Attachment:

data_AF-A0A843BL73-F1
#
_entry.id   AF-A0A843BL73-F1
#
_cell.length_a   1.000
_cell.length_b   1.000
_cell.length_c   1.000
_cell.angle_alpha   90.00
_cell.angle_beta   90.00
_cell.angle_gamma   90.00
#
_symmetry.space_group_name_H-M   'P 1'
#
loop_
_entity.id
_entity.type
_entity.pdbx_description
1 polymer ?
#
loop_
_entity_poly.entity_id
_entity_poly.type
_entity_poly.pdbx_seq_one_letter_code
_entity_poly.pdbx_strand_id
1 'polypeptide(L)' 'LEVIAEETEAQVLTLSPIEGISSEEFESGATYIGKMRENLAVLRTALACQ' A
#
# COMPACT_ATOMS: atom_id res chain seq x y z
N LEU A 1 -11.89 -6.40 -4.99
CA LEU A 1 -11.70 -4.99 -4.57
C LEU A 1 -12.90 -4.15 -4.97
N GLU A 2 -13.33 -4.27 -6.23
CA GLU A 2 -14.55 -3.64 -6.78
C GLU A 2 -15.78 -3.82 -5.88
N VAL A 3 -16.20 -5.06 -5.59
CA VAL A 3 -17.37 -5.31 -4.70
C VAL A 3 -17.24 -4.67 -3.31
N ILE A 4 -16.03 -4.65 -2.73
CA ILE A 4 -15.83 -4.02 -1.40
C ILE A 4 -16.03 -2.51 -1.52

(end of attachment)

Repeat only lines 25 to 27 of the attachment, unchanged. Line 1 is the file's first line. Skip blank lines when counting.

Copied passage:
1 'polypeptide(L)' 'LEVIAEETEAQVLTLSPIEGISSEEFESGATYIGKMRENLAVLRTALACQ' A
#
# COMPACT_ATOMS: atom_id res chain seq x y z